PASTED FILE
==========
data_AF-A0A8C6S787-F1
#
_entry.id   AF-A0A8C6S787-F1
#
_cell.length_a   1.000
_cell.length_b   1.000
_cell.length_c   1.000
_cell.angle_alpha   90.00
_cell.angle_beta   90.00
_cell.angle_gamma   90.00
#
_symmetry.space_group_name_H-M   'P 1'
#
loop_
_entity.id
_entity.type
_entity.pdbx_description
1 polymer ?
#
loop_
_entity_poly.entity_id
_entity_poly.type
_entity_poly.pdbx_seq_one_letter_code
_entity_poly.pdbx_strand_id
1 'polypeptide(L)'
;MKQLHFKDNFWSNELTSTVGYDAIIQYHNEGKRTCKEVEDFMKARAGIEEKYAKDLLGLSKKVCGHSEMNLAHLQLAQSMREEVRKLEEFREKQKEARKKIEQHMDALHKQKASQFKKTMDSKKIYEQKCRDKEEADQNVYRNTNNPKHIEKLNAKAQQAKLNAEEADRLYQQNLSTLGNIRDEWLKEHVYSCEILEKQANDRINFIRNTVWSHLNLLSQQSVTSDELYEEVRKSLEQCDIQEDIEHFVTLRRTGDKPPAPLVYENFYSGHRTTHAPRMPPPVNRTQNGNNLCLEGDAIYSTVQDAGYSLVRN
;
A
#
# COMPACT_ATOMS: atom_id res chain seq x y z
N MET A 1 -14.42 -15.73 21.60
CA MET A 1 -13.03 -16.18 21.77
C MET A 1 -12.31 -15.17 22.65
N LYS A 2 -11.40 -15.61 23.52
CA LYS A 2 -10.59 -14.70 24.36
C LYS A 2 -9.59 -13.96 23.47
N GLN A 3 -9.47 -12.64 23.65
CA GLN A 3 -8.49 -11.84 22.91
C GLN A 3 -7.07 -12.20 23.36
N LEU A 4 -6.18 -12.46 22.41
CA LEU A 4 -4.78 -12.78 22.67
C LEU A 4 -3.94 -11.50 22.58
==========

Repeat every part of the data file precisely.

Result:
data_AF-A0A8C6S787-F1
#
_entry.id   AF-A0A8C6S787-F1
#
_cell.length_a   1.000
_cell.length_b   1.000
_cell.length_c   1.000
_cell.angle_alpha   90.00
_cell.angle_beta   90.00
_cell.angle_gamma   90.00
#
_symmetry.space_group_name_H-M   'P 1'
#
loop_
_entity.id
_entity.type
_entity.pdbx_description
1 polymer ?
#
loop_
_entity_poly.entity_id
_entity_poly.type
_entity_poly.pdbx_seq_one_letter_code
_entity_poly.pdbx_strand_id
1 'polypeptide(L)'
;MKQLHFKDNFWSNELTSTVGYDAIIQYHNEGKRTCKEVEDFMKARAGIEEKYAKDLLGLSKKVCGHSEMNLAHLQLAQSMREEVRKLEEFREKQKEARKKIEQHMDALHKQKASQFKKTMDSKKIYEQKCRDKEEADQNVYRNTNNPKHIEKLNAKAQQAKLNAEEADRLYQQNLSTLGNIRDEWLKEHVYSCEILEKQANDRINFIRNTVWSHLNLLSQQSVTSDELYEEVRKSLEQCDIQEDIEHFVTLRRTGDKPPAPLVYENFYSGHRTTHAPRMPPPVNRTQNGNNLCLEGDAIYSTVQDAGYSLVRN
;
A
#
# COMPACT_ATOMS: atom_id res chain seq x y z
N MET A 1 -14.42 -15.73 21.60
CA MET A 1 -13.03 -16.18 21.77
C MET A 1 -12.31 -15.17 22.65
N LYS A 2 -11.40 -15.61 23.52
CA LYS A 2 -10.59 -14.70 24.36
C LYS A 2 -9.59 -13.96 23.47
N GLN A 3 -9.47 -12.64 23.65
CA GLN A 3 -8.49 -11.84 22.91
C GLN A 3 -7.07 -12.20 23.36
N LEU A 4 -6.18 -12.46 22.41
CA LEU A 4 -4.78 -12.78 22.67
C LEU A 4 -3.94 -11.50 22.58